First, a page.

Violence surged over Labor Day weekend with 22 people shot, including a 4-year-old and a 6-year-old. (Emma Patti Harris/Baltimore Sun video)
Violence in Baltimore came in bunches over the Labor Day weekend, with four triple-shootings breaking out in the city.
Twenty-two people were shot from Friday afternoon through Monday night, police said. At least three were killed, and four more were in critical condition Monday.
The victims included a 4-year-old and a 6-year-old. Police said a gunman left a dice game disgruntled on Saturday and opened fire indiscriminately on a crowd in Latrobe Homes.
The oldest victim was a 62-year-old woman, who sought refuge in a Wilkens Avenue pizza shop after a shooting claimed the life of a 29-year-old man.
T.J. Smith, the chief spokesman for the Police Department, said police needed the community's help to identify the shooters and take them off the streets.
He focused on the alleged dice game shooter.
"We're just so fortunate we're not talking about funerals being planned for the 4-year-old and the 6-year-old," he said. "But those are two young people who haven't started grade school who have bullet wound trauma to deal with for the rest of their lives."
A 60-year-old woman was also hit by a bullet in the Latrobe Homes attack.
The shooter "showed that he doesn't care about anyone," Smith said.
More than half of the victims — 12 people — were shot between 9:30 p.m. Sunday and 9:45 p.m. Monday.
A man was shot in the 2700 block of Beryl Ave. Monday night. He was taken to a hospital for treatment.
Earlier Monday, at about 9:20 a.m., a 16-year-old girl was shot in her calf in the 2100 block of Aiken St.
On Mura Street, in East Baltimore's Johnston Square neighborhood, there was little evidence Monday afternoon that three young people had been shot hours earlier. Children bounced a basketball, and an older man waxed his car as R&B music blared out of a boombox propped up on the steps of a vacant rowhouse. Women sitting outside enjoying the cool air said they were either at work when the shooting broke out, or were unaware of any details.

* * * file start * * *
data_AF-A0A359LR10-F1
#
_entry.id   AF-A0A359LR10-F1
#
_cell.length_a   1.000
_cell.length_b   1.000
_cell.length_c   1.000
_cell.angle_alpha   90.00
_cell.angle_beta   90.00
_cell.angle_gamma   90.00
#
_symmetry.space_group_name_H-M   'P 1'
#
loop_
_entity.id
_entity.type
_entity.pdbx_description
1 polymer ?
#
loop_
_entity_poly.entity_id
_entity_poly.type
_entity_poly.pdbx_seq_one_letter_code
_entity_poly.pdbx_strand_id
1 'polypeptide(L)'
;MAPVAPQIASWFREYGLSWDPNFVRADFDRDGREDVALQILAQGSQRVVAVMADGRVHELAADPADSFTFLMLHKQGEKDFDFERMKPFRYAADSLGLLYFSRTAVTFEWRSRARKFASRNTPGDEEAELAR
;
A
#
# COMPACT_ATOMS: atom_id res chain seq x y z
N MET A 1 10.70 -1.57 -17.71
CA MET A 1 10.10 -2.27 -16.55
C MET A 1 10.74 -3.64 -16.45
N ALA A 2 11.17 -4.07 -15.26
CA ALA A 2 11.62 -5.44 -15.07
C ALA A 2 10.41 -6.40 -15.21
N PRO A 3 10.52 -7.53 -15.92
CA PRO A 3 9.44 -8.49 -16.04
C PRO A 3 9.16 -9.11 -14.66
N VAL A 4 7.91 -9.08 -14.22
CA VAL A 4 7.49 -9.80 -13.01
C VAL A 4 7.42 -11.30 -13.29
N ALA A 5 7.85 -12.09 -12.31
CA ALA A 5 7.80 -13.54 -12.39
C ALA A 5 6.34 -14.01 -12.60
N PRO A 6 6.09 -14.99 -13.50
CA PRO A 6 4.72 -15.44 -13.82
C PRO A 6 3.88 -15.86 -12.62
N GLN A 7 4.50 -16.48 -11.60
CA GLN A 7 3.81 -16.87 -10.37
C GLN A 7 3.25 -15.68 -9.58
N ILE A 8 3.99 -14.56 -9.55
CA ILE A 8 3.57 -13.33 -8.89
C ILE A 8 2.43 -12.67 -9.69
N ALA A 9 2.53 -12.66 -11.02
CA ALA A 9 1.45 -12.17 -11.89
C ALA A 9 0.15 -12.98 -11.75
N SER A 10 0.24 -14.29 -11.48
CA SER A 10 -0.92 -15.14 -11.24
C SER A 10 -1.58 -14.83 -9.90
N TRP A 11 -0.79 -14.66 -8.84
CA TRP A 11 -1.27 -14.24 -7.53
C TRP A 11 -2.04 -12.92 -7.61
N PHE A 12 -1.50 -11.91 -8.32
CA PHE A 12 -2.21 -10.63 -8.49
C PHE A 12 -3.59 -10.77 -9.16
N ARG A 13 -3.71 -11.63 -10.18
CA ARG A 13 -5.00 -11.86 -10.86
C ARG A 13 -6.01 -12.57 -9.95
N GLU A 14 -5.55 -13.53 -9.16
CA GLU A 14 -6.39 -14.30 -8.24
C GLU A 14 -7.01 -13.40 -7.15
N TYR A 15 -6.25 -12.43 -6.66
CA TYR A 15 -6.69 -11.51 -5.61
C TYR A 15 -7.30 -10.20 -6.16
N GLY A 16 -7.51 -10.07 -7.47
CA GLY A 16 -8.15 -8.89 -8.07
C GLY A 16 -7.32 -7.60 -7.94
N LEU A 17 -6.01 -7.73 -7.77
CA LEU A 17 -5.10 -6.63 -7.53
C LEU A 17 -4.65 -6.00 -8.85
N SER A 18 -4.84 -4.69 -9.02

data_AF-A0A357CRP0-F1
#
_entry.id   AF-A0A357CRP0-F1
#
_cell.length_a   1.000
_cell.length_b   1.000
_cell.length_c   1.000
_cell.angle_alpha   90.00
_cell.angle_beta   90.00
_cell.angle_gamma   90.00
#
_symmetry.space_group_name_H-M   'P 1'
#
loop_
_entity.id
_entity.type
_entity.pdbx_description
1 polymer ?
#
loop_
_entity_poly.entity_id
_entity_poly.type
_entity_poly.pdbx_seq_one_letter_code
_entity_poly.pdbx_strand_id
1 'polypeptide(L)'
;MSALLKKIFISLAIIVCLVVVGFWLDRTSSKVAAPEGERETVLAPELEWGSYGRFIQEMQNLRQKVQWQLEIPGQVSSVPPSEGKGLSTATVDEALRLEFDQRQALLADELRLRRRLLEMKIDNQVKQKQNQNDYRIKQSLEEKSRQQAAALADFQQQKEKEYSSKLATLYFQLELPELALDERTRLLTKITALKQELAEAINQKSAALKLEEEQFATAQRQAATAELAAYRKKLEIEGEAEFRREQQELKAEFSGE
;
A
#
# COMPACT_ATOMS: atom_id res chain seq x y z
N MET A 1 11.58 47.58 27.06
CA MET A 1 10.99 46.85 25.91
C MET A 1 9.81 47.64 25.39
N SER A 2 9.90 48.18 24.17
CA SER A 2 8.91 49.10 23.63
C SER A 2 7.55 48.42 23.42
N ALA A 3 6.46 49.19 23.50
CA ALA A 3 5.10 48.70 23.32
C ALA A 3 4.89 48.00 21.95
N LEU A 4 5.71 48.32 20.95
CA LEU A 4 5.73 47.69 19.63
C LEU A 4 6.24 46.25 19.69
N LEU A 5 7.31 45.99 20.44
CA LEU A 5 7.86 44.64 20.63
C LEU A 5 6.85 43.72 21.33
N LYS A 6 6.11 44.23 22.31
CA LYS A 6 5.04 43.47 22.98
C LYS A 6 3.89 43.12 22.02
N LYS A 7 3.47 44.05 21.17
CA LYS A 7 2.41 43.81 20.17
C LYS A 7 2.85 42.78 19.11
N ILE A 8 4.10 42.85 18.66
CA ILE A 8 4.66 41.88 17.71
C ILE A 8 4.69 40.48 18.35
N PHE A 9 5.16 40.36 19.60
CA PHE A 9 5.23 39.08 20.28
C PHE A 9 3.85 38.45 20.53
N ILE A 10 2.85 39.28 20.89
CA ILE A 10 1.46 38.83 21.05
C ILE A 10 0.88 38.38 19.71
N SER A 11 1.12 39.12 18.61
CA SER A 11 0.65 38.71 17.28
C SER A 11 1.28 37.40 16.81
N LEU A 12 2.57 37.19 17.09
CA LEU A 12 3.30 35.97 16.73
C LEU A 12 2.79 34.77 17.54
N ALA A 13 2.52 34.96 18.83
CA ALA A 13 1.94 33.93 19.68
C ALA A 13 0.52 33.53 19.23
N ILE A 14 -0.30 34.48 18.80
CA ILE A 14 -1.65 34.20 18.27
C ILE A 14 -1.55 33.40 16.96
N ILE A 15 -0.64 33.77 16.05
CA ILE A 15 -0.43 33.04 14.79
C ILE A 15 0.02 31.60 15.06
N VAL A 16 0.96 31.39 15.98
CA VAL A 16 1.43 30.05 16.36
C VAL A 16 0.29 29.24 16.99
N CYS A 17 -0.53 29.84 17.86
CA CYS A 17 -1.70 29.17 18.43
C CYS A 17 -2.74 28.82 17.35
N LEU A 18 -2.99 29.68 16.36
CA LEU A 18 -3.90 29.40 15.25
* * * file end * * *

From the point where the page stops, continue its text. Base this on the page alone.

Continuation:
Down the block near Greenmount Avenue were the unmistakable streaks of blood on the pavement.
Around 2 a.m. here, a 23-year-old woman was shot in the neck, and a man whose age was not disclosed was hit in the neck and body. Both were listed in critical condition Monday morning, police said. A 20-year-old woman was grazed in the arm, but did not require medical attention.
An hour earlier, around 1 a.m., in the 2600 block of E. Monument St., a 34-year-old man died after being shot in the chest, and two women — ages 23 and 22 — were shot in the leg and abdomen, respectively. The women were expected to survive.
Across town, four people were shot in separate incidents about 20 minutes apart late Sunday. A 21-year-old man was shot in the buttocks in the 1600 block of N. Ellamont St. around 9:40 p.m.
Three people were shot in the 2300 block of Wilkens Ave. A 29-year-old man died after being struck in the chest.
Several evidence markers were placed in the street at Wilkens Avenue and Catherine Street, outside a pizza shop tagged with graffiti that boasts "Best Pizza in Town."
Inside the shop, police found the 62-year-old woman suffering from a gunshot wound to the arm.
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Another two people were shot just before 11 p.m. Monday at North Paca and West Saratoga streets west of downtown, police said. Officers found one victim, a 53-year-old shot in the knee, at the scene. The other, a 22-year-old, arrived at a hospital shortly later with gunshot wounds to his back and arms, police said.
Police did not disclose whether they had motives or suspects in any of the incidents.
"We're still looking at the connectivity of it," Smith, the police spokesman, said. "We do know that some of the victims in some of these incidents are gang members, gang affiliated. These are things we're looking at to draw any other connectivity."
The city went six days without a homicide last week — an unusually quiet stretch. Then came the barrage of shootings.
"It's certainly something that is disappointing and frustrating," Smith said. "We need to see the community as outraged as we are that these trigger pullers are operating in anonymity."